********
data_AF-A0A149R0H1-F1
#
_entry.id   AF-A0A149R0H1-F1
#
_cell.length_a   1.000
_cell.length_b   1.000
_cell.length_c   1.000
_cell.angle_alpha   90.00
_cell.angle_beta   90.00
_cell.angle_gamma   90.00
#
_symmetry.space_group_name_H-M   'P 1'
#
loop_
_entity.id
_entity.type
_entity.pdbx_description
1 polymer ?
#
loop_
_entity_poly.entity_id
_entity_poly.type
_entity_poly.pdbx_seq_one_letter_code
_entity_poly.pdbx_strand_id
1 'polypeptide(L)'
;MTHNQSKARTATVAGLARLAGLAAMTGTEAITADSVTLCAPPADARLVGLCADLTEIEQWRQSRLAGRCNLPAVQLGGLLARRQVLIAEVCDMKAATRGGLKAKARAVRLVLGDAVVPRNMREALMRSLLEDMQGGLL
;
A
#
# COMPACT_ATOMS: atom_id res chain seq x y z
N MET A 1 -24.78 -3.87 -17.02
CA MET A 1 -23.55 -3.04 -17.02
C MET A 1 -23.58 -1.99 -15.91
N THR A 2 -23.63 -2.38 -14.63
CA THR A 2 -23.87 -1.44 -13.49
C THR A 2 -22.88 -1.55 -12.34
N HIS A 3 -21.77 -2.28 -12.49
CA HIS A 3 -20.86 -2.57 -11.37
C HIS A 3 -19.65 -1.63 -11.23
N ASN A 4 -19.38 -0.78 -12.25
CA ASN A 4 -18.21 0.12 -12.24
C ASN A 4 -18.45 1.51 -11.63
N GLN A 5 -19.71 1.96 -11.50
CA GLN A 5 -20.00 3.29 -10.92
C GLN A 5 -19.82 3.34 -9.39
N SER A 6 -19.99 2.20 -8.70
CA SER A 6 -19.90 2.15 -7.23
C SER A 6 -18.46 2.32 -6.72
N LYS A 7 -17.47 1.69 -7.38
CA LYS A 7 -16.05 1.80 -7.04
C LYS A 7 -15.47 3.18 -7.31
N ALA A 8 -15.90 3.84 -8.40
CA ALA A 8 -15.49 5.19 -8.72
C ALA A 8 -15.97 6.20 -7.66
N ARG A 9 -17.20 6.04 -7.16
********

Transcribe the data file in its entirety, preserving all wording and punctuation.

data_AF-A0A149R0H1-F1
#
_entry.id   AF-A0A149R0H1-F1
#
_cell.length_a   1.000
_cell.length_b   1.000
_cell.length_c   1.000
_cell.angle_alpha   90.00
_cell.angle_beta   90.00
_cell.angle_gamma   90.00
#
_symmetry.space_group_name_H-M   'P 1'
#
loop_
_entity.id
_entity.type
_entity.pdbx_description
1 polymer ?
#
loop_
_entity_poly.entity_id
_entity_poly.type
_entity_poly.pdbx_seq_one_letter_code
_entity_poly.pdbx_strand_id
1 'polypeptide(L)'
;MTHNQSKARTATVAGLARLAGLAAMTGTEAITADSVTLCAPPADARLVGLCADLTEIEQWRQSRLAGRCNLPAVQLGGLLARRQVLIAEVCDMKAATRGGLKAKARAVRLVLGDAVVPRNMREALMRSLLEDMQGGLL
;
A
#
# COMPACT_ATOMS: atom_id res chain seq x y z
N MET A 1 -24.78 -3.87 -17.02
CA MET A 1 -23.55 -3.04 -17.02
C MET A 1 -23.58 -1.99 -15.91
N THR A 2 -23.63 -2.38 -14.63
CA THR A 2 -23.87 -1.44 -13.49
C THR A 2 -22.88 -1.55 -12.34
N HIS A 3 -21.77 -2.28 -12.49
CA HIS A 3 -20.86 -2.57 -11.37
C HIS A 3 -19.65 -1.63 -11.23
N ASN A 4 -19.38 -0.78 -12.25
CA ASN A 4 -18.21 0.12 -12.24
C ASN A 4 -18.45 1.51 -11.63
N GLN A 5 -19.71 1.96 -11.50
CA GLN A 5 -20.00 3.29 -10.92
C GLN A 5 -19.82 3.34 -9.39
N SER A 6 -19.99 2.20 -8.70
CA SER A 6 -19.90 2.15 -7.23
C SER A 6 -18.46 2.32 -6.72
N LYS A 7 -17.47 1.69 -7.38
CA LYS A 7 -16.05 1.80 -7.04
C LYS A 7 -15.47 3.18 -7.31
N ALA A 8 -15.90 3.84 -8.40
CA ALA A 8 -15.49 5.19 -8.72
C ALA A 8 -15.97 6.20 -7.66
N ARG A 9 -17.20 6.04 -7.16